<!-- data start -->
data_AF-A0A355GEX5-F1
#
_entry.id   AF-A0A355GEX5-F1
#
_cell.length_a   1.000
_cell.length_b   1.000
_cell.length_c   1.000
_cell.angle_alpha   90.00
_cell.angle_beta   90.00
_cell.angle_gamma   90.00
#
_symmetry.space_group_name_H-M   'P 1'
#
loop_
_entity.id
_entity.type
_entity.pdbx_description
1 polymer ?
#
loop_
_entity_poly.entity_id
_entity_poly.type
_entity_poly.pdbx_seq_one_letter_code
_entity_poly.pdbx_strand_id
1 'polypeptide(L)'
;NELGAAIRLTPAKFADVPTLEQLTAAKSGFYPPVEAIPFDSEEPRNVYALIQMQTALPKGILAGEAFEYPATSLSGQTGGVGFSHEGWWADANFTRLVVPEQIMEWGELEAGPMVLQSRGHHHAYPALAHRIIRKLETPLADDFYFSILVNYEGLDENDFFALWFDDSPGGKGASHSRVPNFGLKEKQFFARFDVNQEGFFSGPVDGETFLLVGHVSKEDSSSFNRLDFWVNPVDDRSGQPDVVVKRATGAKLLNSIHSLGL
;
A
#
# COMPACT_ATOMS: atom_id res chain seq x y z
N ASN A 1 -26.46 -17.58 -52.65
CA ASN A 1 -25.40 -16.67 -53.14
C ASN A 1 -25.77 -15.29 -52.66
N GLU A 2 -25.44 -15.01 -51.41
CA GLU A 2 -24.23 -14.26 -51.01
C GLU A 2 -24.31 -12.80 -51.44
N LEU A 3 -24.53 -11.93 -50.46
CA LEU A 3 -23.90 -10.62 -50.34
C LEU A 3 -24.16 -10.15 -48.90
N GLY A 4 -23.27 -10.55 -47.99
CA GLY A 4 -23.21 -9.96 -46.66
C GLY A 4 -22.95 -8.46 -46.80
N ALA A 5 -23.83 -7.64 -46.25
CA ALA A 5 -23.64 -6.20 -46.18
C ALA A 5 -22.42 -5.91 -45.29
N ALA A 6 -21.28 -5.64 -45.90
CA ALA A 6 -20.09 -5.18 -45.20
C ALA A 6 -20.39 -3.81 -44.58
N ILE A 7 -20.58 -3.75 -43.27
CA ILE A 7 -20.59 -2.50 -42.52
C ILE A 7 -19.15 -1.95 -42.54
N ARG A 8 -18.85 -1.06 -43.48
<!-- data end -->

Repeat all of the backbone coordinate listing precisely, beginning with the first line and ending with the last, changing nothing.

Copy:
data_AF-A0A355GEX5-F1
#
_entry.id   AF-A0A355GEX5-F1
#
_cell.length_a   1.000
_cell.length_b   1.000
_cell.length_c   1.000
_cell.angle_alpha   90.00
_cell.angle_beta   90.00
_cell.angle_gamma   90.00
#
_symmetry.space_group_name_H-M   'P 1'
#
loop_
_entity.id
_entity.type
_entity.pdbx_description
1 polymer ?
#
loop_
_entity_poly.entity_id
_entity_poly.type
_entity_poly.pdbx_seq_one_letter_code
_entity_poly.pdbx_strand_id
1 'polypeptide(L)'
;NELGAAIRLTPAKFADVPTLEQLTAAKSGFYPPVEAIPFDSEEPRNVYALIQMQTALPKGILAGEAFEYPATSLSGQTGGVGFSHEGWWADANFTRLVVPEQIMEWGELEAGPMVLQSRGHHHAYPALAHRIIRKLETPLADDFYFSILVNYEGLDENDFFALWFDDSPGGKGASHSRVPNFGLKEKQFFARFDVNQEGFFSGPVDGETFLLVGHVSKEDSSSFNRLDFWVNPVDDRSGQPDVVVKRATGAKLLNSIHSLGL
;
A
#
# COMPACT_ATOMS: atom_id res chain seq x y z
N ASN A 1 -26.46 -17.58 -52.65
CA ASN A 1 -25.40 -16.67 -53.14
C ASN A 1 -25.77 -15.29 -52.66
N GLU A 2 -25.44 -15.01 -51.41
CA GLU A 2 -24.23 -14.26 -51.01
C GLU A 2 -24.31 -12.80 -51.44
N LEU A 3 -24.53 -11.93 -50.46
CA LEU A 3 -23.90 -10.62 -50.34
C LEU A 3 -24.16 -10.15 -48.90
N GLY A 4 -23.27 -10.55 -47.99
CA GLY A 4 -23.21 -9.96 -46.66
C GLY A 4 -22.95 -8.46 -46.80
N ALA A 5 -23.83 -7.64 -46.25
CA ALA A 5 -23.64 -6.20 -46.18
C ALA A 5 -22.42 -5.91 -45.29
N ALA A 6 -21.28 -5.64 -45.90
CA ALA A 6 -20.09 -5.18 -45.20
C ALA A 6 -20.39 -3.81 -44.58
N ILE A 7 -20.58 -3.75 -43.27
CA ILE A 7 -20.59 -2.50 -42.52
C ILE A 7 -19.15 -1.95 -42.54
N ARG A 8 -18.85 -1.06 -43.48